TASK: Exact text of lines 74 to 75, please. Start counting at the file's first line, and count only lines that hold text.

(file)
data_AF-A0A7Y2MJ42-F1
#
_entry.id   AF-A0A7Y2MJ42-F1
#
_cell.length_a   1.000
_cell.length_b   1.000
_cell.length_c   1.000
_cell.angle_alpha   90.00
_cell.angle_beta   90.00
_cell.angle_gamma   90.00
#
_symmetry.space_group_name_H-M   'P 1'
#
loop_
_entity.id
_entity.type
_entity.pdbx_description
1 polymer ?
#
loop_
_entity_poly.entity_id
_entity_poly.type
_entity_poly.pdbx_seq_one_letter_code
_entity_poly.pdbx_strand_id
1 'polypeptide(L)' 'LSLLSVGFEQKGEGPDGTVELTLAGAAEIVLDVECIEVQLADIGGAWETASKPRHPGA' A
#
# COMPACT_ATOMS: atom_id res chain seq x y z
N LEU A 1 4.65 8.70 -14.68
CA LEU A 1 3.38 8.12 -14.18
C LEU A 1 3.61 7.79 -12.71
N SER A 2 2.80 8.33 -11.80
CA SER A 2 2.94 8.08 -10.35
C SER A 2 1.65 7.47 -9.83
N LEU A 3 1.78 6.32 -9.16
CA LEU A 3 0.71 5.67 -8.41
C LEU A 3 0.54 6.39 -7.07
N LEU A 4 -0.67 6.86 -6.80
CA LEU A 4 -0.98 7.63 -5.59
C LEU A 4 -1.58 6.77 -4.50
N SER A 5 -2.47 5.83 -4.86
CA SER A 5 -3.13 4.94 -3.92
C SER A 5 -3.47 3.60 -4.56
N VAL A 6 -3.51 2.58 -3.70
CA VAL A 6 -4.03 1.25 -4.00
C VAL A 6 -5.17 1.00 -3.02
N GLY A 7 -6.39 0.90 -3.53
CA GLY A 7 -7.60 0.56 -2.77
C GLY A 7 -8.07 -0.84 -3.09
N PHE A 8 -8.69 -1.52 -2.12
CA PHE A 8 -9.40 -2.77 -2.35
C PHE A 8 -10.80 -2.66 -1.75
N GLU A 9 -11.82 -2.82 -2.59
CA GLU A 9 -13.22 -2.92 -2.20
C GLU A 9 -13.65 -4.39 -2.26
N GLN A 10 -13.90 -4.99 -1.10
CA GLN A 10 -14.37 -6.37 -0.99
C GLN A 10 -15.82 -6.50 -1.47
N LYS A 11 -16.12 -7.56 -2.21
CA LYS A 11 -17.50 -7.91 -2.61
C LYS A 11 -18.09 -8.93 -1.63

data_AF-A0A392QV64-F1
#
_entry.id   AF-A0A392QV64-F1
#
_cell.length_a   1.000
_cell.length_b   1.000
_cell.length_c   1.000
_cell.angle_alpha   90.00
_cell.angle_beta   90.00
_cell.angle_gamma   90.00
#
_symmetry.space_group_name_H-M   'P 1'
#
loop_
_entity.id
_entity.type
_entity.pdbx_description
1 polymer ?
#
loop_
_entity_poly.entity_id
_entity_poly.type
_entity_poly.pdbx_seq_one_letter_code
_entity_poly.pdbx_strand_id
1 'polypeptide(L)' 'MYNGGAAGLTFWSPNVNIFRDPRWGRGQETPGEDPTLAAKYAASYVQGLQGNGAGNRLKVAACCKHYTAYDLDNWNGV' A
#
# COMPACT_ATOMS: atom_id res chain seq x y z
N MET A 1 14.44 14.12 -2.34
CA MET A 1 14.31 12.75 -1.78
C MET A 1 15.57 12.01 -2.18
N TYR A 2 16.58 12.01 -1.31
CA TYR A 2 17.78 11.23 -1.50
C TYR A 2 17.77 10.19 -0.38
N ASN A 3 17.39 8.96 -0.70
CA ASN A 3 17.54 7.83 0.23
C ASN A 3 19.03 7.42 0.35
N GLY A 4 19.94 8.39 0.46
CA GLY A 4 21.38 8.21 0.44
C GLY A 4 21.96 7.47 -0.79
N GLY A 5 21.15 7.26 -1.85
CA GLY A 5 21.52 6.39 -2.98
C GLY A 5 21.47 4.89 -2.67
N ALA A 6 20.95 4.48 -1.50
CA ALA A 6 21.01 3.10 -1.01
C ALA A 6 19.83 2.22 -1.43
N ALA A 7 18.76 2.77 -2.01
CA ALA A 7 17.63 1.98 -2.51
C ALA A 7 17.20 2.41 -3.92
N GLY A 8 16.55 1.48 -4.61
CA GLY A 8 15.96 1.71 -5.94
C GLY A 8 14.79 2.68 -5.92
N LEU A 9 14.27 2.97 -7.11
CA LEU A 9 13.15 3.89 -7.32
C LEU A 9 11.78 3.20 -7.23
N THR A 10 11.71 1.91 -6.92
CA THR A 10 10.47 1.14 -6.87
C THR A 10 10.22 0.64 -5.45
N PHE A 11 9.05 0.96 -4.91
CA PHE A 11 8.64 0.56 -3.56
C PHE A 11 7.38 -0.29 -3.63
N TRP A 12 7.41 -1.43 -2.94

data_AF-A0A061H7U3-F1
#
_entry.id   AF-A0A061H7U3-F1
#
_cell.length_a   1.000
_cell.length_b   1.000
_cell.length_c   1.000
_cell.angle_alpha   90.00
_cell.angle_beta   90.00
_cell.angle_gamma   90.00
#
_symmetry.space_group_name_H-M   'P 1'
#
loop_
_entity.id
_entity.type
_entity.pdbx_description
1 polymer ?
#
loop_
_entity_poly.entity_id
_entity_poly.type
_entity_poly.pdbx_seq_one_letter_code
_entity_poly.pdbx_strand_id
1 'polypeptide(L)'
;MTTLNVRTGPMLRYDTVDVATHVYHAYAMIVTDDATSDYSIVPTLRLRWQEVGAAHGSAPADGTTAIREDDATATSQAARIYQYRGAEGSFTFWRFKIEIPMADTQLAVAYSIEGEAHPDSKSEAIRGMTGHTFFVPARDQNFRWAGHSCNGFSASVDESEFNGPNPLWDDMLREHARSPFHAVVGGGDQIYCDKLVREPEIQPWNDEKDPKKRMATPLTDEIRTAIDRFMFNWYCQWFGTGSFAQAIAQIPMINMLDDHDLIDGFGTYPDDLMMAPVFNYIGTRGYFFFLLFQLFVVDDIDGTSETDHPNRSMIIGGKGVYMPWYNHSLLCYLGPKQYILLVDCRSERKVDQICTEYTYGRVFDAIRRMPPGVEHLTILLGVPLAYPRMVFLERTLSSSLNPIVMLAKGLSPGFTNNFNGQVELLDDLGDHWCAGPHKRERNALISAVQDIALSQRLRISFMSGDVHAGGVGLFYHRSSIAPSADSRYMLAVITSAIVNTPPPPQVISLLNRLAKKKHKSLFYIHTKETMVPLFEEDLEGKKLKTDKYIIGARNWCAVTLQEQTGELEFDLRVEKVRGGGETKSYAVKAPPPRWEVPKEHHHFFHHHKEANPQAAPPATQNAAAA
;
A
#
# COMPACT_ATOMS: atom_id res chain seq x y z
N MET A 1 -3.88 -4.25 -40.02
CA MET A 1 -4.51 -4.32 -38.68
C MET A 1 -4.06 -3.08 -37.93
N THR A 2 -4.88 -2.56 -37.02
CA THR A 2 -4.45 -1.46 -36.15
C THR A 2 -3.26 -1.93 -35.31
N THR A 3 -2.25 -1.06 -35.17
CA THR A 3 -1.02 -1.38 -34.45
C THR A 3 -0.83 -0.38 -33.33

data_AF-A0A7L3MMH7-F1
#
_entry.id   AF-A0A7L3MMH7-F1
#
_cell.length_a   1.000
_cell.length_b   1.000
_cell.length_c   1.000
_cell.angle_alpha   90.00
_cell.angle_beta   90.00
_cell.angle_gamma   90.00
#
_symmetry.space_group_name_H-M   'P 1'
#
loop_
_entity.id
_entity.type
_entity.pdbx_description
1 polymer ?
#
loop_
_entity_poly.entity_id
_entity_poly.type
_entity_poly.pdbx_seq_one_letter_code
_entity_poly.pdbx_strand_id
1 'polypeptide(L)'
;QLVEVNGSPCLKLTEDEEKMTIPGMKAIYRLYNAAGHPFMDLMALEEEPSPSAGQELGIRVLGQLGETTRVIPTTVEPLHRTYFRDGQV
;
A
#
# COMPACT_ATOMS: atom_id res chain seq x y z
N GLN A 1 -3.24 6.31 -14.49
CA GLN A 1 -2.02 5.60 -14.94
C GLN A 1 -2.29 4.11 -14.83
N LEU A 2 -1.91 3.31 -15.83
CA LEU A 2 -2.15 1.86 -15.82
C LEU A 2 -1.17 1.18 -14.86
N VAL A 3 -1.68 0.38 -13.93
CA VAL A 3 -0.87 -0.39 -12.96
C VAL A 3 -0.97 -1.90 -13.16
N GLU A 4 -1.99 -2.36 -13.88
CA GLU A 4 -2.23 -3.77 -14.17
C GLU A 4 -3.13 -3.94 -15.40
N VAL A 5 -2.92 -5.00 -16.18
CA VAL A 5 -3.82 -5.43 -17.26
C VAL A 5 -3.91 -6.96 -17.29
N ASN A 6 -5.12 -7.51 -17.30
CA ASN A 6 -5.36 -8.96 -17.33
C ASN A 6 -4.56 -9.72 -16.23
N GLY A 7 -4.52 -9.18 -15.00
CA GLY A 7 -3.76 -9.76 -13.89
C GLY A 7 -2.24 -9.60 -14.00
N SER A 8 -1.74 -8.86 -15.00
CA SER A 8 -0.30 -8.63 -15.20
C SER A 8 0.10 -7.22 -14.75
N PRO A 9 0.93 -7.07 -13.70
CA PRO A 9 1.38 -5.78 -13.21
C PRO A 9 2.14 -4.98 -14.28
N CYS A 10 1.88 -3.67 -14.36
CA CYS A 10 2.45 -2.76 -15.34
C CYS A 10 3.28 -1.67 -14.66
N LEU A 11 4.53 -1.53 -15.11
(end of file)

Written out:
loop_
_entity.id